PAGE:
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Food and Cooking / Re: Cooking Wild Boar
« Last post by Alan R McDaniel Jr on Today at 07:00:43 PM »
Personally, I do not like the smoked pork or pulled pork type dishes.  I do like grilled pork steaks and breakfast sausage.  In the past I liked more diverse dishes
but lately I like a lot less grease.  I do like smoked loins or backstrap but the shoulders and hams have too much fat for my tastes these days.  Smoking them is certainly
very good, I just can't take it any more.

Alan
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Food and Cooking / Re: Cooking Wild Boar
« Last post by Alan R McDaniel Jr on Today at 06:52:45 PM »
I have killed, butchered, cooked and eaten lots of feral hogs. 

I have found that there are several things that contribute to how wild(feral) pork tastes much prior to actual cooking. 

1. The condition of the animal. A nursing sow will not taste good, nor will there be any tenderness to the meat. A lean or poor condition boar may have a disagreeably strong taste. 
Animals that are in poor condition are either sick or food is scarce and they are eating things they would not normally eat, thus making the meat taste like that.  You are what you eat.  Pigs are too.
In my experience, hogs that have been on acorn mast and have a layer of fat from acorn mast taste the best.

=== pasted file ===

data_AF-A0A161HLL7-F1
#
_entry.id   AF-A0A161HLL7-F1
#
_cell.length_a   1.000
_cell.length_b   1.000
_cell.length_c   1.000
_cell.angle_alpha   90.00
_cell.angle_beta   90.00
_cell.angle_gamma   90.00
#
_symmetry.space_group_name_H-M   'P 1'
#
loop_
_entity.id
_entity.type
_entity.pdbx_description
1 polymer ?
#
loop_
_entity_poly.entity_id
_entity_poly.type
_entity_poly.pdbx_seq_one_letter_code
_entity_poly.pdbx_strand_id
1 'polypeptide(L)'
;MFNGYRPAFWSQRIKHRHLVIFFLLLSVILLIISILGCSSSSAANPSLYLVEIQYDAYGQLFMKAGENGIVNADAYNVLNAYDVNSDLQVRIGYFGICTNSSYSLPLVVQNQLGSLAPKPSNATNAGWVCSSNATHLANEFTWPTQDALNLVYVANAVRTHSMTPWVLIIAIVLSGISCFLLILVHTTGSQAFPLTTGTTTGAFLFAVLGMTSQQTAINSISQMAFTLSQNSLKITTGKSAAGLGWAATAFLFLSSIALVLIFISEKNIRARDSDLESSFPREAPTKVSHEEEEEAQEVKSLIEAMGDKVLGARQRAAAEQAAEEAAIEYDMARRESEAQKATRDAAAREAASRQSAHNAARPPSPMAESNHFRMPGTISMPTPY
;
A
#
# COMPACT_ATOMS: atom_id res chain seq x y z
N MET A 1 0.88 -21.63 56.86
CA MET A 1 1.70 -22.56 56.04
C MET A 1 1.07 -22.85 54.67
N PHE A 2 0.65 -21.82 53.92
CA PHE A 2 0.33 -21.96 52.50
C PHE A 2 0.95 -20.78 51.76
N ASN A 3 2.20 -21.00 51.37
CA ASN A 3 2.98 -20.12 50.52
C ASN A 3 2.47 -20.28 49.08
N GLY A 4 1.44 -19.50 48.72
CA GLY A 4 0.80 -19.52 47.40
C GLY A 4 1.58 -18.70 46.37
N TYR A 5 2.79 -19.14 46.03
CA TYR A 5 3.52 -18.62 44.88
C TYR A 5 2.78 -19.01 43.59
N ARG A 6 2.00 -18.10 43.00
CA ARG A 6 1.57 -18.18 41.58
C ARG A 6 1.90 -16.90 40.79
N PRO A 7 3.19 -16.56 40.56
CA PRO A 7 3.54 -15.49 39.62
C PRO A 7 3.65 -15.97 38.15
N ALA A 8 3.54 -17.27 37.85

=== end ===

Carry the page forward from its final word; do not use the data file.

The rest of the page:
2. The shot.  One good clean instantaneous kill shot does wonders for the taste of the meat.  Head (behind the ear) shots or point of the shoulder shots work the best for me.

3.  Cleaning.  I do not gut my hogs in the field.  I get them in the truck and back to camp where the water hose is as soon as I can (Like stop everything and go tend to the hog ASAP).
I hang the hog by it's hind legs and wash the hog completely scrubbing with a brush.  This removes dirt, pests and the urine mud they roll in.
Only when the outside is clean do I go inside. Nearly every hog I've killed had a full bladder.  It is extremely important NOT to puncture it.   On boars it is also important to keep all the boar hardware
out of the way and intact.  You don't want leaks.  After gutting all the way to the chin, I then wash the inside with water.  Since it is often warm out down here I do't allow it to cool.  I start
skinning right away being careful to keep hair off the meat.  I do save the heart, liver and pancreas for catfish bait.

4. Butchering.  Cleanliness is the key.  I use a large ice chest and put quartered and trimmed portions in it.  When I get it all in I cover with ice and add water and more ice until it is full of
lots of ice and filled in with water.  I stays there for a day.  This chills the meat and pulls the blood out.  As I butcher I slice off most of the fat for rendering and I give that to some ladies I know
who like to use hog lard to make good things to eat.  Acorn mast fat is pure white and the lard is beautiful.

The actual cutting up of the meat is done to personal preference.  If you've cleaned it properly, cooking it will almost always be successful.

I have found that mast fed boars do not have a strong boar taste generally.  I have killed 400# boars that tasted great.  I've killed 200# sows that were inedible.